Review: More original work here from Portuguese disco don Alkalino. There are only two tracks included this time but seeing as they're both seven to eight minutes each we'll forgive him. He's in a moodier mood too this time too, with "Thebe" being a slice of acid-tinged electroclash-inspired disco with a killer psychedelic middle eight. "Pluto" explores the realms of raw and loose house as heard through a proggy punk-funk prism.
Review: On this digital-only three-tracker, Portuguese-in-Munich Lino Rodriguez dusts down and reissues some overlooked cuts from the archives. Opener "Message & Meaning", first released in 2011, is one of his most potent house productions to date - a dense, hypnotic fusion of classic Iberian tribal house attitude, heavy African percussion, foreboding chords and gentle melodies. The previously unreleased "Glocke" continues on this percussive theme, with looser - but no less dense - African rhythms, early Chicago style vocal stabs and disco-friendly party atmos. Finally, the similarly unheard "Parcelas" sees Rodriguez travelling into late night tech-house territory via trippy electronics, heavy bass and wonky sound effects.
Review: Given that this is Audaz's 50th release (good going, given that the imprint was only launched in 2011), it seems fitting that it comes from label boss Lino Rodriguez, AKA Alkalino. The Munich-based producer has predictably gone in hard, delivering a quartet of original tracks aimed squarely at late night dancefloors. Opener "Side It Up" seemingly surges from the speakers, with flittering tech-house elements and murky vocal samples riding a wonky, bass-heavy groove. "Drumberg" sees him charge off into tech-acid territory with impressive results, while "Sparkling" sounds like vintage Orbital fused with 21st century German tech-house. Finally, he reaches for the mutant bass, horror textures and acid lines on closer "Minga", arguably the EP's standout moment.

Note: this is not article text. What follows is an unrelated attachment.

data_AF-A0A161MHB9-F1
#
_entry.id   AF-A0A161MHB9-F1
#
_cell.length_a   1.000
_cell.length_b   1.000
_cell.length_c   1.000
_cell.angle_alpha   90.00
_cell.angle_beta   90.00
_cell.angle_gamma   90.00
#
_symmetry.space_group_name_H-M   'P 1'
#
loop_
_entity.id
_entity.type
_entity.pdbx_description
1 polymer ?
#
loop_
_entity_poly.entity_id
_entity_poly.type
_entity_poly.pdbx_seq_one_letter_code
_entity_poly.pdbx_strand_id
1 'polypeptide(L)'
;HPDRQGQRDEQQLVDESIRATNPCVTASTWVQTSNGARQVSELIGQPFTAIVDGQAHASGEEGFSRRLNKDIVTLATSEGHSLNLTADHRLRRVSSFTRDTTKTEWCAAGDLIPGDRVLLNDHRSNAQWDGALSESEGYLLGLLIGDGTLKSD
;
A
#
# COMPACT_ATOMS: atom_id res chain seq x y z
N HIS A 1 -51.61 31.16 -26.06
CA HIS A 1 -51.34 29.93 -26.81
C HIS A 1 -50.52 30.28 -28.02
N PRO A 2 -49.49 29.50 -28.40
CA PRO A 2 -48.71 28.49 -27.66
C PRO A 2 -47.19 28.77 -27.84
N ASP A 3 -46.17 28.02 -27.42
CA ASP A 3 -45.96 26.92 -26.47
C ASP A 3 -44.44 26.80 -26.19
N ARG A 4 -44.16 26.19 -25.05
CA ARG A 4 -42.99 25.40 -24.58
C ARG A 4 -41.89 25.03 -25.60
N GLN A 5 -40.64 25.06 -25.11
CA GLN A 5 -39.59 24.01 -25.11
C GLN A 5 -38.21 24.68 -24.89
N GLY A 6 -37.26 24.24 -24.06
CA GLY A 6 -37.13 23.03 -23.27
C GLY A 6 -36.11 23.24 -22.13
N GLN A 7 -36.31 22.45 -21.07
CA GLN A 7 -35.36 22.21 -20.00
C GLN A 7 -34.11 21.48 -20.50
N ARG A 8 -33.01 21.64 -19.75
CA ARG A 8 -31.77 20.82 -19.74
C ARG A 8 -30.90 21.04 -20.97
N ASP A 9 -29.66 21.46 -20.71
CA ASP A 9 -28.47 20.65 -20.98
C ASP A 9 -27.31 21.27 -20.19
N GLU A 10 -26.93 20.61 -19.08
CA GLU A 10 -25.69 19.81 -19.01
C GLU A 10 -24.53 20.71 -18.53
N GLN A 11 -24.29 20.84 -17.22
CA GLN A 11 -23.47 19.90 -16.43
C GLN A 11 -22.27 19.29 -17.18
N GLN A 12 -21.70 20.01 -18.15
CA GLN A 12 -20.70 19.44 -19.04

Review: Munich-based Portuguese producer Lino "Alkalino" Rodriguez pops up on Italian label DaBit with a pair of pleasingly warm and toasty deep house cuts. Both "Martin Luther King" and "Isolation" feature inspirational spoken passages from classic speeches, giving each track a quietly uplifting feel. Throw in enveloping chords, pleasingly loose beats, cascading melodies (in the case of "Martin Luther King") and alien electronics (in the case of the more Balearic "Isolation"), and you've got yourself a pair of winners. Sccucci Manucci boss Vorres drops a piano-laden US garage remake of "Isolation", while the mysterious QLab turn "Martin Luther King" into a swinging chunk of late night post UKG-house that boasts delightfully jaunty riffs.
Review: Munich's finest and Audaz head honcho Alkalino is back at it again! This guy is really hitting his stride at the moment, so don't stop we say. The vocal mix of "Need Ya" is peak time house with a slick and bumping bassline plus diva vocals and cowbells: all you need really! The "Dub Mix" does exactly what it says on the cover, for those of you less keen on the vocals. Go Alkalino!
Review: Maybe it was his move to Munich that inspired his conversion to house, but whatever it was, Portuguese disco edit don Alkalino's original productions have got a lot more mechanical indeed. This is not a bad thing, it just means we get less disco for now. This latest two-tracker boasts a pair of tracks that presents deep and sparse robotic house grinder "Bang The Box" and the frankly superior spooky rhythmic riser, "Dementia".